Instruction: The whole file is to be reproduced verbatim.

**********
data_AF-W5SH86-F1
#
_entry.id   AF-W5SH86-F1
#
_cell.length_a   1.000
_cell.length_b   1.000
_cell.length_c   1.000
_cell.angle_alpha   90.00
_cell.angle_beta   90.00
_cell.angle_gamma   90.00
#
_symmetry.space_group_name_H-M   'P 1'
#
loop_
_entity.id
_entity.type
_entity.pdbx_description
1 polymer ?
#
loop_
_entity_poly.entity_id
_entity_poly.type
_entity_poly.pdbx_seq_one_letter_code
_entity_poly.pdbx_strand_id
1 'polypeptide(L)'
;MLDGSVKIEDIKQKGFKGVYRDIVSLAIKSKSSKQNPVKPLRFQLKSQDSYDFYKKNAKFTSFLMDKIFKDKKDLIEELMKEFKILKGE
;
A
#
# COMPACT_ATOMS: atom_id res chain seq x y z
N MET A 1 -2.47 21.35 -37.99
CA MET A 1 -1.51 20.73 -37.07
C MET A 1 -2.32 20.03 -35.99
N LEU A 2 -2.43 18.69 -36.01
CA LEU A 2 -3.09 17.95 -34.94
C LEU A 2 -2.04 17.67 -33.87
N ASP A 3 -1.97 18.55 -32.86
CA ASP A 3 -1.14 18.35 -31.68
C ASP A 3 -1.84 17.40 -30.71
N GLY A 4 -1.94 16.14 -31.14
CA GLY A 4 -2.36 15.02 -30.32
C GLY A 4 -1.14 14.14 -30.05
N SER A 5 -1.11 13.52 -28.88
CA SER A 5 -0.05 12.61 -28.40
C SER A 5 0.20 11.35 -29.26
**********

data_AF-W5SH86-F1
#
_entry.id   AF-W5SH86-F1
#
_cell.length_a   1.000
_cell.length_b   1.000
_cell.length_c   1.000
_cell.angle_alpha   90.00
_cell.angle_beta   90.00
_cell.angle_gamma   90.00
#
_symmetry.space_group_name_H-M   'P 1'
#
loop_
_entity.id
_entity.type
_entity.pdbx_description
1 polymer ?
#
loop_
_entity_poly.entity_id
_entity_poly.type
_entity_poly.pdbx_seq_one_letter_code
_entity_poly.pdbx_strand_id
1 'polypeptide(L)'
;MLDGSVKIEDIKQKGFKGVYRDIVSLAIKSKSSKQNPVKPLRFQLKSQDSYDFYKKNAKFTSFLMDKIFKDKKDLIEELMKEFKILKGE
;
A
#
# COMPACT_ATOMS: atom_id res chain seq x y z
N MET A 1 -2.47 21.35 -37.99
CA MET A 1 -1.51 20.73 -37.07
C MET A 1 -2.32 20.03 -35.99
N LEU A 2 -2.43 18.69 -36.01
CA LEU A 2 -3.09 17.95 -34.94
C LEU A 2 -2.04 17.67 -33.87
N ASP A 3 -1.97 18.55 -32.86
CA ASP A 3 -1.14 18.35 -31.68
C ASP A 3 -1.84 17.40 -30.71
N GLY A 4 -1.94 16.14 -31.14
CA GLY A 4 -2.36 15.02 -30.32
C GLY A 4 -1.14 14.14 -30.05
N SER A 5 -1.11 13.52 -28.88
CA SER A 5 -0.05 12.61 -28.40
C SER A 5 0.20 11.35 -29.26